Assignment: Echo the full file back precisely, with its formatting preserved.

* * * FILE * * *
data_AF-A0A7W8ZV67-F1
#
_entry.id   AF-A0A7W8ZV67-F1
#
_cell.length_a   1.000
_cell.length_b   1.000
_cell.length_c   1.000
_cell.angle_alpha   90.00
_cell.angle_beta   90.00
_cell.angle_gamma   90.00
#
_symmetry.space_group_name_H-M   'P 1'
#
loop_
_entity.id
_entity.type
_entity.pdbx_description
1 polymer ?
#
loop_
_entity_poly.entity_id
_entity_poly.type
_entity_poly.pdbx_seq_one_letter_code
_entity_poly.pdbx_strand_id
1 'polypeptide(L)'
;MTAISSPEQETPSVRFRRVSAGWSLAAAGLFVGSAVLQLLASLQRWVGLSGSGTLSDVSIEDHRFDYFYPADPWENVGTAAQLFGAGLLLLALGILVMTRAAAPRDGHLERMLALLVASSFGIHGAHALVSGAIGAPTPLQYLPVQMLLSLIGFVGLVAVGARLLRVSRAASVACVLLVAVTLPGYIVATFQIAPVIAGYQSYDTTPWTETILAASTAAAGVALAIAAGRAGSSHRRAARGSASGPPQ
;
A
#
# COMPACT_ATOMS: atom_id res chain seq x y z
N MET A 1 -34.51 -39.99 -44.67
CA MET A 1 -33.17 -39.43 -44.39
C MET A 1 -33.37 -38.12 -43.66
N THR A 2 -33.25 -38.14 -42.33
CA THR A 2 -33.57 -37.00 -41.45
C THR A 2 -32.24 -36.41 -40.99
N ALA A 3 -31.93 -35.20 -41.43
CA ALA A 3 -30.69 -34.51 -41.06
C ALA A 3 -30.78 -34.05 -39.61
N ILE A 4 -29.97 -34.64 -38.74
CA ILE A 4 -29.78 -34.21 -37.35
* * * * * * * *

data_AF-A0A7W8ZV67-F1
#
_entry.id   AF-A0A7W8ZV67-F1
#
_cell.length_a   1.000
_cell.length_b   1.000
_cell.length_c   1.000
_cell.angle_alpha   90.00
_cell.angle_beta   90.00
_cell.angle_gamma   90.00
#
_symmetry.space_group_name_H-M   'P 1'
#
loop_
_entity.id
_entity.type
_entity.pdbx_description
1 polymer ?
#
loop_
_entity_poly.entity_id
_entity_poly.type
_entity_poly.pdbx_seq_one_letter_code
_entity_poly.pdbx_strand_id
1 'polypeptide(L)'
;MTAISSPEQETPSVRFRRVSAGWSLAAAGLFVGSAVLQLLASLQRWVGLSGSGTLSDVSIEDHRFDYFYPADPWENVGTAAQLFGAGLLLLALGILVMTRAAAPRDGHLERMLALLVASSFGIHGAHALVSGAIGAPTPLQYLPVQMLLSLIGFVGLVAVGARLLRVSRAASVACVLLVAVTLPGYIVATFQIAPVIAGYQSYDTTPWTETILAASTAAAGVALAIAAGRAGSSHRRAARGSASGPPQ
;
A
#
# COMPACT_ATOMS: atom_id res chain seq x y z
N MET A 1 -34.51 -39.99 -44.67
CA MET A 1 -33.17 -39.43 -44.39
C MET A 1 -33.37 -38.12 -43.66
N THR A 2 -33.25 -38.14 -42.33
CA THR A 2 -33.57 -37.00 -41.45
C THR A 2 -32.24 -36.41 -40.99
N ALA A 3 -31.93 -35.20 -41.43
CA ALA A 3 -30.69 -34.51 -41.06
C ALA A 3 -30.78 -34.05 -39.61
N ILE A 4 -29.97 -34.64 -38.74
CA ILE A 4 -29.78 -34.21 -37.35